There are many laws governing the physics and chemistry of scuba diving. A few of the basic principles are described below.
Pressure: Pressure is defined as the amount of force per unit area. At sea level we are exposed to 14.7 pounds of pressure per square inch, or one atmosphere. Seawater is a lot denser then air and so a diver is subject to increased pressures as he/she dives to great depths. A column of ten metres of seawater exerts a pressure of 1 atmosphere. This means that a diver at 20 metres is exposed to 3 atm of pressure (2 atm for the 20 metres depth, and 1 atm from the sea level atmospheric pressure). Due to this pressure a diver needs to breath pressurized air, as the lungs are not capable of expanding enough to intake air that is not under pressure.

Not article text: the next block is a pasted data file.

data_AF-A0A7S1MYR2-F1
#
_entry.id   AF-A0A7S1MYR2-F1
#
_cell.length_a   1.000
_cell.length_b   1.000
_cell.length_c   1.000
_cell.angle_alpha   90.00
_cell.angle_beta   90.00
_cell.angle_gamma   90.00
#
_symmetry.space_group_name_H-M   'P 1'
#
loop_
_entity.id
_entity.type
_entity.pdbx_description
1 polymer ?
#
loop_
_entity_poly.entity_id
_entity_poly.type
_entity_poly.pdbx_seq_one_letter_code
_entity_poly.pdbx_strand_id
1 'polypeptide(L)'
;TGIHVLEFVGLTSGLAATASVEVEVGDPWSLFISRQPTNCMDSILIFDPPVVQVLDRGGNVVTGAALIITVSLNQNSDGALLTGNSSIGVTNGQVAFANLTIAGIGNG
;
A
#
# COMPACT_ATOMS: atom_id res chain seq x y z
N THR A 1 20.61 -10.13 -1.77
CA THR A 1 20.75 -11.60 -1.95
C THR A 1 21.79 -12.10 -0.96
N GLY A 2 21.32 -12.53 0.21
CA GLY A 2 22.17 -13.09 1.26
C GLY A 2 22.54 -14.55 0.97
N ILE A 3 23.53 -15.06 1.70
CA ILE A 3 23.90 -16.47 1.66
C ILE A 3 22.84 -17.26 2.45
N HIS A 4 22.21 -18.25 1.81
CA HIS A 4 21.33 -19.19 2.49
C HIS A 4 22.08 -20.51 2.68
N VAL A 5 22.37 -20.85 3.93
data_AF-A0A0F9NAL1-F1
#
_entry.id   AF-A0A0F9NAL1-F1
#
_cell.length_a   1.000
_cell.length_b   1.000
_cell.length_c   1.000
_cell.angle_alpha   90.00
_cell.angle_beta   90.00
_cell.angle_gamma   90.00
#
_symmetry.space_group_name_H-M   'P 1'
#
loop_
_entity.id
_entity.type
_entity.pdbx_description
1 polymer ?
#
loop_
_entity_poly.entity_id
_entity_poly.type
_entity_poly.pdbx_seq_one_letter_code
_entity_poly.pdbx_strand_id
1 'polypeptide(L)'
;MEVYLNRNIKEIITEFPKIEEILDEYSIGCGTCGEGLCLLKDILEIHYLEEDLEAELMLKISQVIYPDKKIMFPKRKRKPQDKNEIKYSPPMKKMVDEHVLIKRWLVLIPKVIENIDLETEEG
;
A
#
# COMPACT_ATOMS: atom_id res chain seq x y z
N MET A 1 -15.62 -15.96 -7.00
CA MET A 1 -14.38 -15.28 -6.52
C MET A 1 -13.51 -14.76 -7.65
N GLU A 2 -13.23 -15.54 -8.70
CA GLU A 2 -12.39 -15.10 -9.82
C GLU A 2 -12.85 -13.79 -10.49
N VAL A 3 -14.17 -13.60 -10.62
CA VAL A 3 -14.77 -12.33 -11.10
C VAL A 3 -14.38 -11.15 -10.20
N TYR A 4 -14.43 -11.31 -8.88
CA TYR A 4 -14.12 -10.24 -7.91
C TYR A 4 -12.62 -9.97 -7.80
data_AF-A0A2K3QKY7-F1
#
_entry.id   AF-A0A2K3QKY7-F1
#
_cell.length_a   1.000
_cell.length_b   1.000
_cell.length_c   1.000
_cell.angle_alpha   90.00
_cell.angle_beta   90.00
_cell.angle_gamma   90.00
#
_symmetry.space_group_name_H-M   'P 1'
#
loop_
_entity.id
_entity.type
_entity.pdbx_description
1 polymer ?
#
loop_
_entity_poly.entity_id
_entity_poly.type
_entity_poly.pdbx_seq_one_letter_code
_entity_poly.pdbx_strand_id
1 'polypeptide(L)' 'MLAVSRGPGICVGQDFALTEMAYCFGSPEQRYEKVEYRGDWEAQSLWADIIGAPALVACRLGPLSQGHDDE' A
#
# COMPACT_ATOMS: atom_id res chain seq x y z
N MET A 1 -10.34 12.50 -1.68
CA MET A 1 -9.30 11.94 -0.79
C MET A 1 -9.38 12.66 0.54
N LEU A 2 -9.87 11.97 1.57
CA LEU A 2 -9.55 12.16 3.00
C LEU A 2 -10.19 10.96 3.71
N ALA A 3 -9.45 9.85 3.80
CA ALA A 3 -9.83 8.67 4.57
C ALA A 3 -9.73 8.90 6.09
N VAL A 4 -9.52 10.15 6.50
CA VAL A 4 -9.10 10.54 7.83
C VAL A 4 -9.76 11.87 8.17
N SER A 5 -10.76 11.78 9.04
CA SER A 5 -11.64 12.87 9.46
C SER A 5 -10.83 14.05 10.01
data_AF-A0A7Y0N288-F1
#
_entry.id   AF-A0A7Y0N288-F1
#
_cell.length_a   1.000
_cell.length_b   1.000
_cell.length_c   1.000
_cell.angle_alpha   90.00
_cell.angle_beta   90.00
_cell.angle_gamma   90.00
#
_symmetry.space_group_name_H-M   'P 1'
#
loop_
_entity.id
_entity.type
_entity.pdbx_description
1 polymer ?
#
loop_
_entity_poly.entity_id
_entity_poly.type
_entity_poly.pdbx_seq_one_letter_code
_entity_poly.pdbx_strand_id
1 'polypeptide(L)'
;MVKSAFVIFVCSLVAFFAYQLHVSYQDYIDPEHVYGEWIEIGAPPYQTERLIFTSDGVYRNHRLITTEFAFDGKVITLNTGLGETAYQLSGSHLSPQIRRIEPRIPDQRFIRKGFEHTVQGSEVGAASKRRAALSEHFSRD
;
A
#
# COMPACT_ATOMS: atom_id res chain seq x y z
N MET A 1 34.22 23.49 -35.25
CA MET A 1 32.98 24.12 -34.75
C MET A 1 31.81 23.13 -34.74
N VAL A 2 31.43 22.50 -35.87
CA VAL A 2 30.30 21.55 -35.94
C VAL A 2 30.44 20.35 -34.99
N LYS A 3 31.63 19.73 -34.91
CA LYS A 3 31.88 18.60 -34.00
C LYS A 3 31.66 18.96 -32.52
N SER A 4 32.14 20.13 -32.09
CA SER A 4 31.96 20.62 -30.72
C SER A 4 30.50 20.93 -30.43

"If the temperature is kept constant, the volume of a given mass of a gas is inversely proportional to the absolute pressure"
For scuba diving this means that as a diver descends the air in the divers cavities decreases in volume as the pressure increases. At a depth of 10 m the same volume of gas will occupy only half the volume it would at sea level.
"The total pressure exerted by a mixture of gases is the sum of the pressures that would be exerted by each of the gases if it alone were present and occupied the total volume"
"The amount of gas that will dissolve in a liquid at a given temperature is almost directly proportional to the partial pressure of that gas"